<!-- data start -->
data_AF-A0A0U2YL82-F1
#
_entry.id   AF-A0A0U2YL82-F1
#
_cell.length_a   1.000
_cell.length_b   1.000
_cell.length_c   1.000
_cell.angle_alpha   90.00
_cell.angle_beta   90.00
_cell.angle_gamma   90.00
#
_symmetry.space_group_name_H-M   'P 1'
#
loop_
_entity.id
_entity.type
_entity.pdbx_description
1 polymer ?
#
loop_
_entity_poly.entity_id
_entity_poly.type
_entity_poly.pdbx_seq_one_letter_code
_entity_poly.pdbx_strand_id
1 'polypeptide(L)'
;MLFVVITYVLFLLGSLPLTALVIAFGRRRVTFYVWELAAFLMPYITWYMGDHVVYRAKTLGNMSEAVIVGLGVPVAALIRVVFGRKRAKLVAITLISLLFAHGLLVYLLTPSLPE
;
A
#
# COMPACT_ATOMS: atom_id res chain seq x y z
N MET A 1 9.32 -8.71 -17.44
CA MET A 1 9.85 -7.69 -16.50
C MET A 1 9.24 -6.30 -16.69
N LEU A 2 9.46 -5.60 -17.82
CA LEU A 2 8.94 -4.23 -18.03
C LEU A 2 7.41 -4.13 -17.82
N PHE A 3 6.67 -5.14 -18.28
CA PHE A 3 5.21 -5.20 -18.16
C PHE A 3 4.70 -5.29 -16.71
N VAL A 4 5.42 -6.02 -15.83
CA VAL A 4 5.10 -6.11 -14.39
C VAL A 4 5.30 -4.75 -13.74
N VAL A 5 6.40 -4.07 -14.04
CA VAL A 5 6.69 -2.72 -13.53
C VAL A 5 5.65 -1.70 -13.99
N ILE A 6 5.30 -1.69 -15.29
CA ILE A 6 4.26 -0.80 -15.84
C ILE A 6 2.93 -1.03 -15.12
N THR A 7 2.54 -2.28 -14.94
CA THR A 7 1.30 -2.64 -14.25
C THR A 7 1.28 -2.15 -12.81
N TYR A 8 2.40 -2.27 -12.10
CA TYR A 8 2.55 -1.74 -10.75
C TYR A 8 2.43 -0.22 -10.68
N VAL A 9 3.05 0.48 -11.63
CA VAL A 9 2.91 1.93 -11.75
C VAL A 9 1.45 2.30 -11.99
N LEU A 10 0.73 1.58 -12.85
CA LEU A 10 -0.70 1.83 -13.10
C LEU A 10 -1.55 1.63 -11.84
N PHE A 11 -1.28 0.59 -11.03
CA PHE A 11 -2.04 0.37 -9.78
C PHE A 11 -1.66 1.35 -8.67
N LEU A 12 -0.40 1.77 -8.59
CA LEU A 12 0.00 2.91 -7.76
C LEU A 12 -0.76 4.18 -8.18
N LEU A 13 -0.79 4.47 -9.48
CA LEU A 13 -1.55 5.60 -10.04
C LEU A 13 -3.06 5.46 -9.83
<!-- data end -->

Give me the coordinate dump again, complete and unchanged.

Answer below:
data_AF-A0A0U2YL82-F1
#
_entry.id   AF-A0A0U2YL82-F1
#
_cell.length_a   1.000
_cell.length_b   1.000
_cell.length_c   1.000
_cell.angle_alpha   90.00
_cell.angle_beta   90.00
_cell.angle_gamma   90.00
#
_symmetry.space_group_name_H-M   'P 1'
#
loop_
_entity.id
_entity.type
_entity.pdbx_description
1 polymer ?
#
loop_
_entity_poly.entity_id
_entity_poly.type
_entity_poly.pdbx_seq_one_letter_code
_entity_poly.pdbx_strand_id
1 'polypeptide(L)'
;MLFVVITYVLFLLGSLPLTALVIAFGRRRVTFYVWELAAFLMPYITWYMGDHVVYRAKTLGNMSEAVIVGLGVPVAALIRVVFGRKRAKLVAITLISLLFAHGLLVYLLTPSLPE
;
A
#
# COMPACT_ATOMS: atom_id res chain seq x y z
N MET A 1 9.32 -8.71 -17.44
CA MET A 1 9.85 -7.69 -16.50
C MET A 1 9.24 -6.30 -16.69
N LEU A 2 9.46 -5.60 -17.82
CA LEU A 2 8.94 -4.23 -18.03
C LEU A 2 7.41 -4.13 -17.82
N PHE A 3 6.67 -5.14 -18.28
CA PHE A 3 5.21 -5.20 -18.16
C PHE A 3 4.70 -5.29 -16.71
N VAL A 4 5.42 -6.02 -15.83
CA VAL A 4 5.10 -6.11 -14.39
C VAL A 4 5.30 -4.75 -13.74
N VAL A 5 6.40 -4.07 -14.04
CA VAL A 5 6.69 -2.72 -13.53
C VAL A 5 5.65 -1.70 -13.99
N ILE A 6 5.30 -1.69 -15.29
CA ILE A 6 4.26 -0.80 -15.84
C ILE A 6 2.93 -1.03 -15.12
N THR A 7 2.54 -2.28 -14.94
CA THR A 7 1.30 -2.64 -14.25
C THR A 7 1.28 -2.15 -12.81
N TYR A 8 2.40 -2.27 -12.10
CA TYR A 8 2.55 -1.74 -10.75
C TYR A 8 2.43 -0.22 -10.68
N VAL A 9 3.05 0.48 -11.63
CA VAL A 9 2.91 1.93 -11.75
C VAL A 9 1.45 2.30 -11.99
N LEU A 10 0.73 1.58 -12.85
CA LEU A 10 -0.70 1.83 -13.10
C LEU A 10 -1.55 1.63 -11.84
N PHE A 11 -1.28 0.59 -11.03
CA PHE A 11 -2.04 0.37 -9.78
C PHE A 11 -1.66 1.35 -8.67
N LEU A 12 -0.40 1.77 -8.59
CA LEU A 12 0.00 2.91 -7.76
C LEU A 12 -0.76 4.18 -8.18
N LEU A 13 -0.79 4.47 -9.48
CA LEU A 13 -1.55 5.60 -10.04
C LEU A 13 -3.06 5.46 -9.83